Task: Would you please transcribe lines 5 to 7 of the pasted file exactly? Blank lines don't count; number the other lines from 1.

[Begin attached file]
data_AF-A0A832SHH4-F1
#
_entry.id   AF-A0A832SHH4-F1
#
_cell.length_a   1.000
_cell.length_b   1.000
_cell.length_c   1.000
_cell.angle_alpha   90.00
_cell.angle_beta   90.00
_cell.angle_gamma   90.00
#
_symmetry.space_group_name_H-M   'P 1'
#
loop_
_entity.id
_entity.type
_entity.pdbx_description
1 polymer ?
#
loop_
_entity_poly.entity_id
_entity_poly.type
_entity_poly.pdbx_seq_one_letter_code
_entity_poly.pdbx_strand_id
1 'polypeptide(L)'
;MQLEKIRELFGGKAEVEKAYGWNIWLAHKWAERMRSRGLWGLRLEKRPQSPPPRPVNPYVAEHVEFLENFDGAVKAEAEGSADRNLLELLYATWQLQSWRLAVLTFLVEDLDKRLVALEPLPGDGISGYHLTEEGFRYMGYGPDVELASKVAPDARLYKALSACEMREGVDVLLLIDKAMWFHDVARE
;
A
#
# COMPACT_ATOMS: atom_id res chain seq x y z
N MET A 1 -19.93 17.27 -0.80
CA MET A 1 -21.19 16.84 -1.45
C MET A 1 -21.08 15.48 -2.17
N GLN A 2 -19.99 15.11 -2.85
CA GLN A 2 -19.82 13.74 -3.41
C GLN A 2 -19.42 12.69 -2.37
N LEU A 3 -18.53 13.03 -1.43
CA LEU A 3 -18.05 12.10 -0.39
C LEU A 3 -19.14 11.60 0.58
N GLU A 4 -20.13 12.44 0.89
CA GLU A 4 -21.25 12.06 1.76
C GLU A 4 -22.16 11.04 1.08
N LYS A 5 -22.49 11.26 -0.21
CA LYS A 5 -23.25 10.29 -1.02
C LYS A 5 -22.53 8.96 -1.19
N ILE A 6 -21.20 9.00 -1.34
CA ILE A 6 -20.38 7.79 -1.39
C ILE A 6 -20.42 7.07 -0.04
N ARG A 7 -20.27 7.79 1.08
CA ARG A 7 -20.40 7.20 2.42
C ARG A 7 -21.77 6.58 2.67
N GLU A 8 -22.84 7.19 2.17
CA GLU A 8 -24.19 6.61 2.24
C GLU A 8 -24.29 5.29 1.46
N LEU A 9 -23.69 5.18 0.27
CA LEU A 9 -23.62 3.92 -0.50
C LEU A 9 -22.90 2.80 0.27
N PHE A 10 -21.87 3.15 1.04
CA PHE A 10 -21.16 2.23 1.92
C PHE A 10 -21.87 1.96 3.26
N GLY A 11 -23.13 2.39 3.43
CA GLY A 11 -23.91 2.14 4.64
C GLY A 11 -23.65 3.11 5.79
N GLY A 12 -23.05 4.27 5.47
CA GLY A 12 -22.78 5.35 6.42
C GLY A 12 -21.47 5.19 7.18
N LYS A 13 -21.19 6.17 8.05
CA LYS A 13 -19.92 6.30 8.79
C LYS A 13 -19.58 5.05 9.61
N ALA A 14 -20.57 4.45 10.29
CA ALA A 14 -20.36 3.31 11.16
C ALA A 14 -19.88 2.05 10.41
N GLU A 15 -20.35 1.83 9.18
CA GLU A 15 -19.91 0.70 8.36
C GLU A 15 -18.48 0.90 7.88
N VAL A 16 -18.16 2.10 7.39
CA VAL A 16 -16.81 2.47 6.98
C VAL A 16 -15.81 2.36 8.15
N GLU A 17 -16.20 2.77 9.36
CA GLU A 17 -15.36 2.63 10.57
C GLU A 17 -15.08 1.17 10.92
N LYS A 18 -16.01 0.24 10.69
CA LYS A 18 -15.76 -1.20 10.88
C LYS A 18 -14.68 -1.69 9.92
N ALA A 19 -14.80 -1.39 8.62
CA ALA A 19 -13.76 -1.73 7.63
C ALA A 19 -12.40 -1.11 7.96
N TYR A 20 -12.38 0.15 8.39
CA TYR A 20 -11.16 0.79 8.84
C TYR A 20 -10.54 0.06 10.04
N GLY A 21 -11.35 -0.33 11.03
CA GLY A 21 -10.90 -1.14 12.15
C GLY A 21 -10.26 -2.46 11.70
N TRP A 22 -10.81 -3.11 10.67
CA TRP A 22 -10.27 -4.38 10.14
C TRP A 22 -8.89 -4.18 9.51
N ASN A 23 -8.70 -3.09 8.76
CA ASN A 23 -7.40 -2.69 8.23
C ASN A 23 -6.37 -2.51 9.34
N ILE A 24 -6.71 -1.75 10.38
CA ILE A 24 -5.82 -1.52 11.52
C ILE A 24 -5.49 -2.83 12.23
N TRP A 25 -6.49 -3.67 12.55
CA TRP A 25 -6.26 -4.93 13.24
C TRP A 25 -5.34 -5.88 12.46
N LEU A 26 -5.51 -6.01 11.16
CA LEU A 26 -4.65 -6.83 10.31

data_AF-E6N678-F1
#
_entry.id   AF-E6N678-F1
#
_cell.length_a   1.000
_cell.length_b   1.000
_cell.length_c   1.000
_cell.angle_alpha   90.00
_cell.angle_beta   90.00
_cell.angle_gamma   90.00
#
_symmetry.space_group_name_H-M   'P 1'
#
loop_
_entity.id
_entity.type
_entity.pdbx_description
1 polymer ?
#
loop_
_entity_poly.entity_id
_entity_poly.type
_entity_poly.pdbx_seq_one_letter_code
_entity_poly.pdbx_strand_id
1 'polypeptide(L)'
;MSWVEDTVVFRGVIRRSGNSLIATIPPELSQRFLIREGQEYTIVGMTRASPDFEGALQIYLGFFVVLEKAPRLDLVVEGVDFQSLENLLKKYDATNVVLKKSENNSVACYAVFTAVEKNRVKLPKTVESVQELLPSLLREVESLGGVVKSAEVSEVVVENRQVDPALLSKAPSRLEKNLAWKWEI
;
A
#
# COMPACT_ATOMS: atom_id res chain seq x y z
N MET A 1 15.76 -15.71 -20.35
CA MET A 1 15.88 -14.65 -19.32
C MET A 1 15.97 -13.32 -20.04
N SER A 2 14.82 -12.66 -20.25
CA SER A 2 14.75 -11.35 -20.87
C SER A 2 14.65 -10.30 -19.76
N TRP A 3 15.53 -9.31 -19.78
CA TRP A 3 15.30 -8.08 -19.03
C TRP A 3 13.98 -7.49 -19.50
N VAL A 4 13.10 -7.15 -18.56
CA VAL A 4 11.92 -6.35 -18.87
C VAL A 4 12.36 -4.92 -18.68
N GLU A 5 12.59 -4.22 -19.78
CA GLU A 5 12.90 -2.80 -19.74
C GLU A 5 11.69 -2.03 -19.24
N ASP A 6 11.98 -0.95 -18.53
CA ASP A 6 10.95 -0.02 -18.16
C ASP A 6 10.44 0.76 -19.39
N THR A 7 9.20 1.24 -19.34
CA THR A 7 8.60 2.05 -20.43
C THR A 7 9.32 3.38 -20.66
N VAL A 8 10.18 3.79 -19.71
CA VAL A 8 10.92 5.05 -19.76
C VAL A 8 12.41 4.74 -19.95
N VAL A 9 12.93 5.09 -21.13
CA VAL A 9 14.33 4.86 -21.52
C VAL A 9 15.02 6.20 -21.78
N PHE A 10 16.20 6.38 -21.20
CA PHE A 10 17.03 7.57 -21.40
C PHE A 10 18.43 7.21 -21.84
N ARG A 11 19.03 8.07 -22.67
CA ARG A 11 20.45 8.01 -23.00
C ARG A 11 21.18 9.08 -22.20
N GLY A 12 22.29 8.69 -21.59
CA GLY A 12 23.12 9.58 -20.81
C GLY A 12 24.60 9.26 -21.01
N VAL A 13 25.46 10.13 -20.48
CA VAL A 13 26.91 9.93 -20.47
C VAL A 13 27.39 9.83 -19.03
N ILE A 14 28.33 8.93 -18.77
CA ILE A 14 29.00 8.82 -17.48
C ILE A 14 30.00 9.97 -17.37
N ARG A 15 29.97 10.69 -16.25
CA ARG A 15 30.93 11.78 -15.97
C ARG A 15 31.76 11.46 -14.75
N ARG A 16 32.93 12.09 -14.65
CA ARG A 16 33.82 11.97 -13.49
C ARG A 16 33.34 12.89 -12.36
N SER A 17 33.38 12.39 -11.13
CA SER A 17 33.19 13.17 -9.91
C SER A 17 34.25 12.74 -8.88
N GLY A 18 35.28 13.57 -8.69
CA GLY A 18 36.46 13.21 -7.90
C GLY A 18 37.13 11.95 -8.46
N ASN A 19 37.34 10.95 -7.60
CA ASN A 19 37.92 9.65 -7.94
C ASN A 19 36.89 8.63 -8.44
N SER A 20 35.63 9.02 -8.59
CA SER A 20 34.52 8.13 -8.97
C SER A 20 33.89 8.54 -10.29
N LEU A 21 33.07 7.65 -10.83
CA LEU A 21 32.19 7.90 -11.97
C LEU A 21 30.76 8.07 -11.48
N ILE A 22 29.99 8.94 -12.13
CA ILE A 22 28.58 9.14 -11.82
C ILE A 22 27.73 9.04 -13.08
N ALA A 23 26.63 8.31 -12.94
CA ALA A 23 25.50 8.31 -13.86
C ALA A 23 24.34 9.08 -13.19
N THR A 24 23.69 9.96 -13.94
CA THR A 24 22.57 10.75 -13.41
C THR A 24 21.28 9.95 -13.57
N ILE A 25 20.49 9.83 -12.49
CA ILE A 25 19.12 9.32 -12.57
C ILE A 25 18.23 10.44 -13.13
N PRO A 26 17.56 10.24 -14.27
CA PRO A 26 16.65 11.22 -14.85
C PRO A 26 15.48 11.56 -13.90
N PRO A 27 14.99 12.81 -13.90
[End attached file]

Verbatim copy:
_cell.length_a   1.000
_cell.length_b   1.000
_cell.length_c   1.000